Quick: what’s a serving?
I don’t know either. Is a serving of whole grains a slice of bread? A bagel? A cup of pasta? When I would see something like the U.S. Department of Agriculture’s food pyramid, which recommended getting six to 11 servings of grains, to me it sounded like a dreamy bakery free-for-all. Of course, sadly, it’s not.
Servings, pyramids, whatever. In contrast to Meredith’s weak embrace of the recent replacement of the USDA food pyramid with MyPlate, I’m, you know, totally eating it up.
One of the big problems with the food pyramid is that it used “serving” as a unit of measure, even though only nutritionists had any kind of intuitive grasp of what a serving was. Moreover, a USDA serving isn’t the same as an food industry serving, which, as far as I can tell, is something you just get to make up as you go along in the food business.
The pyramid also arranged a day’s worth of food into the pyramid, which was kind of hard to visualize as three square meals plus snacks. The food pyramid never translated to much, unless you’re a food diary keeper, which I am not, and a deliberate food measurer, which I also am not. Basically, to make the food pyramid work, you had to be obsessed with the act of food provisioning — hard enough for one person but then think of doing it for a five-person family.
A few years ago, though, this plate thing started being bandied about. And it’s always made more sense. Coupled with the “Eat a Rainbow” campaign — where you’re supposed to eat five different colored fruits and vegetables everyday — I’ve found grocery shopping, menu-planning and food prep way easier.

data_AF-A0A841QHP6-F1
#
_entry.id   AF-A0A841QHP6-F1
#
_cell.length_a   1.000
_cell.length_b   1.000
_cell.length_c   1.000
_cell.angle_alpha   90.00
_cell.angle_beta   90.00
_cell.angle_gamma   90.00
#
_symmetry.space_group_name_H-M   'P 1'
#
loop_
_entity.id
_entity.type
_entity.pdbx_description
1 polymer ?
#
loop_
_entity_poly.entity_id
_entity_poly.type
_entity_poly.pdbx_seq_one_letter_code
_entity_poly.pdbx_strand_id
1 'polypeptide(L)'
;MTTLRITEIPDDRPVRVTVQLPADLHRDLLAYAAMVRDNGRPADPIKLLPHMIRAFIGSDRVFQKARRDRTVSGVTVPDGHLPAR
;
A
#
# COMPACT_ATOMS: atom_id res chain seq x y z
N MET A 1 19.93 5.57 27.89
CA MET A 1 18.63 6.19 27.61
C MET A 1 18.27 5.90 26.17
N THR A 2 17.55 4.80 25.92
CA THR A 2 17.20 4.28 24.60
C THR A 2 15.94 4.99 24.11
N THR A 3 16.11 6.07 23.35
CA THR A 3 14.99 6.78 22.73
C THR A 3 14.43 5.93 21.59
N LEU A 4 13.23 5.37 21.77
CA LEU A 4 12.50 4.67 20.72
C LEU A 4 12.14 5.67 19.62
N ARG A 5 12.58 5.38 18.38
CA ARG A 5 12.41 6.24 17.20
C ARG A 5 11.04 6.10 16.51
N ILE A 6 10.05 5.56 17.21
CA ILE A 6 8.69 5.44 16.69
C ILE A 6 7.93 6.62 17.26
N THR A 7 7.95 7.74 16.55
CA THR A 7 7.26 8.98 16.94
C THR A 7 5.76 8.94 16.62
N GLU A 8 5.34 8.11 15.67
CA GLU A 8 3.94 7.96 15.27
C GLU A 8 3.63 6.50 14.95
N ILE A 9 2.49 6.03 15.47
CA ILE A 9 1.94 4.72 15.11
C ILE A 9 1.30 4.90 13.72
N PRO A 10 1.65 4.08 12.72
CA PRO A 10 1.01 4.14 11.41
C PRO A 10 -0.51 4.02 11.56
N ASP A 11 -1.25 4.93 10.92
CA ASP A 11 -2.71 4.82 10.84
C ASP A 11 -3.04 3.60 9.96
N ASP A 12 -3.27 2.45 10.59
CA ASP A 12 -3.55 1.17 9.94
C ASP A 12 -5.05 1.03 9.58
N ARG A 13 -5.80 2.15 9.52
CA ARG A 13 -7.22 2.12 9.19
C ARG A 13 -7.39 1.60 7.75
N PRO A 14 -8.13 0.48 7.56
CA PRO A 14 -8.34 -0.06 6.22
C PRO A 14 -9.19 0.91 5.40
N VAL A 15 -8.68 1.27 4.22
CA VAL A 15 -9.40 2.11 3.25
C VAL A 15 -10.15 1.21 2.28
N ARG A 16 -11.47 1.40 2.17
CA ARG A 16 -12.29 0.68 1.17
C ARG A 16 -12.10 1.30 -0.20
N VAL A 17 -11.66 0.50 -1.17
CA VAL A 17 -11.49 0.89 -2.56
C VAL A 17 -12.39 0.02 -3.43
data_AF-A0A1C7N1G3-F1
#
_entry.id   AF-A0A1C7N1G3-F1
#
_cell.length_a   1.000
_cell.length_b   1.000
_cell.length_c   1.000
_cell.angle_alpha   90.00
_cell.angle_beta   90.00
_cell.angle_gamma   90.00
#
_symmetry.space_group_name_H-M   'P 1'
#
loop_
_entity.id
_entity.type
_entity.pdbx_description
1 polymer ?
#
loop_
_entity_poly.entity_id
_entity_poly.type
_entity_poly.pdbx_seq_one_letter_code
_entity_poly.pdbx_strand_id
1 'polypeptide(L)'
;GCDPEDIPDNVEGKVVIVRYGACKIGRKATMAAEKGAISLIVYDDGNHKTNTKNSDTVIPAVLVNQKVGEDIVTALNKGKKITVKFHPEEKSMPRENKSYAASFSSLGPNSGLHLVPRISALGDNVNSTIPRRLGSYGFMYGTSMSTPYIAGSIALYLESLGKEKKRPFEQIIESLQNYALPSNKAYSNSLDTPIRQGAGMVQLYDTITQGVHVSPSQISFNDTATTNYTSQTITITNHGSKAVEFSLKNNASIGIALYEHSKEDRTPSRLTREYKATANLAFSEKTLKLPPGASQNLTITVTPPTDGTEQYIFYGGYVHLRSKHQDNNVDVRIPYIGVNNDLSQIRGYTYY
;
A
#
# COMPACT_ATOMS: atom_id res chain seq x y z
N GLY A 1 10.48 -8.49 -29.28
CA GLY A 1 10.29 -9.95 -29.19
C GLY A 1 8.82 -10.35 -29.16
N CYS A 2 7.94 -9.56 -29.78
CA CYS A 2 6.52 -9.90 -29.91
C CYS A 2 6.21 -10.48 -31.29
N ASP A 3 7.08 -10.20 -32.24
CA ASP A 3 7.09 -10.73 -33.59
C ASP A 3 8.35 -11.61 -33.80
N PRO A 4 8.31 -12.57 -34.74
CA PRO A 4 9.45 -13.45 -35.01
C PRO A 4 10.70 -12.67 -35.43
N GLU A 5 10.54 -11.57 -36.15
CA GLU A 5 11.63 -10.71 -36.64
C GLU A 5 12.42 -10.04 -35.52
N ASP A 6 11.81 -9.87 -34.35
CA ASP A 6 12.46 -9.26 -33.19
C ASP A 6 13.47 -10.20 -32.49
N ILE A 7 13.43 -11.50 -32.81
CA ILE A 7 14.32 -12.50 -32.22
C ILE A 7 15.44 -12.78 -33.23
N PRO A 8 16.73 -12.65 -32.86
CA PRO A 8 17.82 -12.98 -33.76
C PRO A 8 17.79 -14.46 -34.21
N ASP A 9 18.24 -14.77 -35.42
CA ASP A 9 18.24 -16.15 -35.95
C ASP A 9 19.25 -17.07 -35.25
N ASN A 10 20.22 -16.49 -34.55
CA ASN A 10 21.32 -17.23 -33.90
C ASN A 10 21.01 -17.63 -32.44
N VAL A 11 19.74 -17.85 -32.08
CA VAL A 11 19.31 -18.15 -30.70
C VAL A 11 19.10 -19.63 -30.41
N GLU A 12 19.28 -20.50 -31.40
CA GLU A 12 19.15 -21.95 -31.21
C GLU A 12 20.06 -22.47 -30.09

The MyPlate strategy translates from adults’ plates to kids’ plates. Adults fill their plates. Little ones fill theirs less — they just take more vegetables than pasta. Easy, no counting, no measuring, no Googling “serving of oils.” You’re just eating less, better — less and better. With something like a stir-fry, where everything’s mixed up, as long as it’s filled with way more veggies than meat/tofu, you just fill half your plate. This new schema also reminds you that the accompanying rice is, while delicious, still background to the stir fry.
I think the plate is a great road-map for young kids who are ready to serve themselves but see an empty plate and fill it up with the first thing that’s passed along to them. Now, they’re “coloring in” the plate. And making nutritious choices independently.
This could work as a national nutrition guide, because MyPlate isn’t necessarily about ounces and cups. It’s about eating more fiber and vitamins and dense nutrition and cutting back on protein, which has traditionally been the big fat center of the American meal. So think about school lunches, which are regulated by the USDA. They’re going to have to look pretty different in order to come close to the MyPlate recommendations.
Don’t leave me looking like the USDA’s cheerleader. You like MyPlate, too, right? No? Why?
Photo: YoAmes via flickr